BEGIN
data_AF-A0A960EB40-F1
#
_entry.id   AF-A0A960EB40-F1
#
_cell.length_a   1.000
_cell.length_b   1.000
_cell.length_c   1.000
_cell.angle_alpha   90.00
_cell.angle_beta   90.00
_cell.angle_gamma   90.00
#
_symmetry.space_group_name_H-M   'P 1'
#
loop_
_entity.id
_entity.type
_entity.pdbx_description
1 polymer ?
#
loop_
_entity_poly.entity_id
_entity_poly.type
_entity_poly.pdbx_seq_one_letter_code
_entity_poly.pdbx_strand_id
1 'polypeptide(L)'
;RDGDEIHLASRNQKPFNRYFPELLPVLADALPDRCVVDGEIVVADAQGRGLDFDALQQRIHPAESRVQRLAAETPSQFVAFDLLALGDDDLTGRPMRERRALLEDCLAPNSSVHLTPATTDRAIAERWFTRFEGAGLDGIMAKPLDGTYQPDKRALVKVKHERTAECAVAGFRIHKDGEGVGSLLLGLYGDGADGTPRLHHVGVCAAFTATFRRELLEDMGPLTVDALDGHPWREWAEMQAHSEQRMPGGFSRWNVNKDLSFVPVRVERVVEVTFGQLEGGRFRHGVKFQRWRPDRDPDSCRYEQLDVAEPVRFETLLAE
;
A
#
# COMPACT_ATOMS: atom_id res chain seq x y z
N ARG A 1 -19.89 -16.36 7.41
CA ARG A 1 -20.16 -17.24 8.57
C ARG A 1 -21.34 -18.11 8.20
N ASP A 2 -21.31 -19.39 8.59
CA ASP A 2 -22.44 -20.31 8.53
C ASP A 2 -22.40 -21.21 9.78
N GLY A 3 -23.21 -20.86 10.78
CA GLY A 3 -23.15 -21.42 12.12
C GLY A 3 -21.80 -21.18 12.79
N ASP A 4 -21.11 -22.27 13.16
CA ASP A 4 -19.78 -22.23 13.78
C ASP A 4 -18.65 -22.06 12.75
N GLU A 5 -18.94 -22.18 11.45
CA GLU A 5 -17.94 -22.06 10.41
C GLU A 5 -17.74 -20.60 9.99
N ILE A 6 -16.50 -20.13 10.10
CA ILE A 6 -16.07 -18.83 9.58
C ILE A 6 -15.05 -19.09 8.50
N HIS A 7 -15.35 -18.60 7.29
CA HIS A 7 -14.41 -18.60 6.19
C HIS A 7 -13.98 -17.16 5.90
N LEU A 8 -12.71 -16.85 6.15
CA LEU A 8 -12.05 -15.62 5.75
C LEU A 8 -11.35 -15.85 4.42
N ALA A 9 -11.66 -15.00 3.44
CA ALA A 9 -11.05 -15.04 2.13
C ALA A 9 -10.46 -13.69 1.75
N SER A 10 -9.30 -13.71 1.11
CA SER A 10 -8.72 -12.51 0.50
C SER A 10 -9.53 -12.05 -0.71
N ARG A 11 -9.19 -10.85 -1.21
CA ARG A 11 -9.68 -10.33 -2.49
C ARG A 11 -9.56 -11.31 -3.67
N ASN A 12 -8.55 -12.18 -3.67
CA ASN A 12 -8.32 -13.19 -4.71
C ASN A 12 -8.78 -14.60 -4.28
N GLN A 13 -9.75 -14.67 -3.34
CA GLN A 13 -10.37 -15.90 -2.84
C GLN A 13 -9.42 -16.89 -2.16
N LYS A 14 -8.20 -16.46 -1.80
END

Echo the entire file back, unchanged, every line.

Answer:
data_AF-A0A960EB40-F1
#
_entry.id   AF-A0A960EB40-F1
#
_cell.length_a   1.000
_cell.length_b   1.000
_cell.length_c   1.000
_cell.angle_alpha   90.00
_cell.angle_beta   90.00
_cell.angle_gamma   90.00
#
_symmetry.space_group_name_H-M   'P 1'
#
loop_
_entity.id
_entity.type
_entity.pdbx_description
1 polymer ?
#
loop_
_entity_poly.entity_id
_entity_poly.type
_entity_poly.pdbx_seq_one_letter_code
_entity_poly.pdbx_strand_id
1 'polypeptide(L)'
;RDGDEIHLASRNQKPFNRYFPELLPVLADALPDRCVVDGEIVVADAQGRGLDFDALQQRIHPAESRVQRLAAETPSQFVAFDLLALGDDDLTGRPMRERRALLEDCLAPNSSVHLTPATTDRAIAERWFTRFEGAGLDGIMAKPLDGTYQPDKRALVKVKHERTAECAVAGFRIHKDGEGVGSLLLGLYGDGADGTPRLHHVGVCAAFTATFRRELLEDMGPLTVDALDGHPWREWAEMQAHSEQRMPGGFSRWNVNKDLSFVPVRVERVVEVTFGQLEGGRFRHGVKFQRWRPDRDPDSCRYEQLDVAEPVRFETLLAE
;
A
#
# COMPACT_ATOMS: atom_id res chain seq x y z
N ARG A 1 -19.89 -16.36 7.41
CA ARG A 1 -20.16 -17.24 8.57
C ARG A 1 -21.34 -18.11 8.20
N ASP A 2 -21.31 -19.39 8.59
CA ASP A 2 -22.44 -20.31 8.53
C ASP A 2 -22.40 -21.21 9.78
N GLY A 3 -23.21 -20.86 10.78
CA GLY A 3 -23.15 -21.42 12.12
C GLY A 3 -21.80 -21.18 12.79
N ASP A 4 -21.11 -22.27 13.16
CA ASP A 4 -19.78 -22.23 13.78
C ASP A 4 -18.65 -22.06 12.75
N GLU A 5 -18.94 -22.18 11.45
CA GLU A 5 -17.94 -22.06 10.41
C GLU A 5 -17.74 -20.60 9.99
N ILE A 6 -16.50 -20.13 10.10
CA ILE A 6 -16.07 -18.83 9.58
C ILE A 6 -15.05 -19.09 8.50
N HIS A 7 -15.35 -18.60 7.29
CA HIS A 7 -14.41 -18.60 6.19
C HIS A 7 -13.98 -17.16 5.90
N LEU A 8 -12.71 -16.85 6.15
CA LEU A 8 -12.05 -15.62 5.75
C LEU A 8 -11.35 -15.85 4.42
N ALA A 9 -11.66 -15.00 3.44
CA ALA A 9 -11.05 -15.04 2.13
C ALA A 9 -10.46 -13.69 1.75
N SER A 10 -9.30 -13.71 1.11
CA SER A 10 -8.72 -12.51 0.50
C SER A 10 -9.53 -12.05 -0.71
N ARG A 11 -9.19 -10.85 -1.21
CA ARG A 11 -9.68 -10.33 -2.49
C ARG A 11 -9.56 -11.31 -3.67
N ASN A 12 -8.55 -12.18 -3.67
CA ASN A 12 -8.32 -13.19 -4.71
C ASN A 12 -8.78 -14.60 -4.28
N GLN A 13 -9.75 -14.67 -3.34
CA GLN A 13 -10.37 -15.90 -2.84
C GLN A 13 -9.42 -16.89 -2.16
N LYS A 14 -8.20 -16.46 -1.80